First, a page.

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Press ReleaseWashington, D.C.—Congressman Jim Matheson has joined with two Idaho Congressman on a request for a Congressional hearing into whether a program designed to compensate cancer victims exposed to radioactive fallout from nuclear weapons testing should be expanded. The Radiation Exposure Compensation Act (RECA) currently covers only residents who lived in 21 counties, including 10 in Utah, that were "downwind" of the nuclear blasts detonated in the 1950s and 1960s.
Matheson and Idaho Representatives Walt Minnick and Mike Simpson sent their letter to the Chairman and the Ranking Member of the House Judiciary Committee.
"Eligibility for compensation is limited to certain counties in just a few states. These geographical boundaries are, quite frankly, arbitrary boundaries that do not account for the fact that radioactive fallout does not abide by lines on a map," the letter states.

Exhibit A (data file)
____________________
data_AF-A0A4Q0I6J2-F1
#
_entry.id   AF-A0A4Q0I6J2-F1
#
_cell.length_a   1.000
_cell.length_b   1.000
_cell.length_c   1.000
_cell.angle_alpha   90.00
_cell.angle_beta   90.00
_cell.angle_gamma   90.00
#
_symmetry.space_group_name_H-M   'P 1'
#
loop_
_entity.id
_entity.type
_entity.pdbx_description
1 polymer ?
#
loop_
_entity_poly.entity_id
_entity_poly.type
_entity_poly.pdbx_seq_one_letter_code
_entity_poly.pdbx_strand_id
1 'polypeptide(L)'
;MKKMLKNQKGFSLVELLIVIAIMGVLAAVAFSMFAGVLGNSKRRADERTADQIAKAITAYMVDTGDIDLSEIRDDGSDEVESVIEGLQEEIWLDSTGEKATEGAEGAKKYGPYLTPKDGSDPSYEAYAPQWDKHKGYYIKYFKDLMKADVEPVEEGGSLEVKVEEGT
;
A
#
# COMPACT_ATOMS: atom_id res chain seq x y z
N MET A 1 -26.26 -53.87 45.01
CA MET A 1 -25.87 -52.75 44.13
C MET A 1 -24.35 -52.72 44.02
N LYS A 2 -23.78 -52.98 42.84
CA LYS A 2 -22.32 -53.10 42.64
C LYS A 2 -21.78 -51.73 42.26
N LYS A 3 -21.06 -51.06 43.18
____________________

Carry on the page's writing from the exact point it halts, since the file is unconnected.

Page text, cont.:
Matheson said RECA was the federal government's acknowledgement that it deceived citizens about the potential harm from the weapons tests.
"The bombs were detonated when the winds blew east. People were told "there is no danger". But more than 4,500 Utahns who have been awarded compensation for cancer and other illnesses now know that their government lied," said Matheson.
To date, the Department of Justice has awarded compensation to more than 20,500 citizens nationally, including to uranium miners, millers and ore-haulers. In 2000 Congress chose to enhance the RECA program by adding additional categories of illnesses.
A study of the radioactive isotope Iodine-131—completed and released by the National Institutes of Health in 1997—showed the largest concentration of fallout occurred in U.S. counties not included in the program.
"However, we believe that since RECA has not received serious review by the Congress in the past seven years, now is an appropriate time for the Judiciary Committee to hold an oversight hearing in this important federal law," the letter states.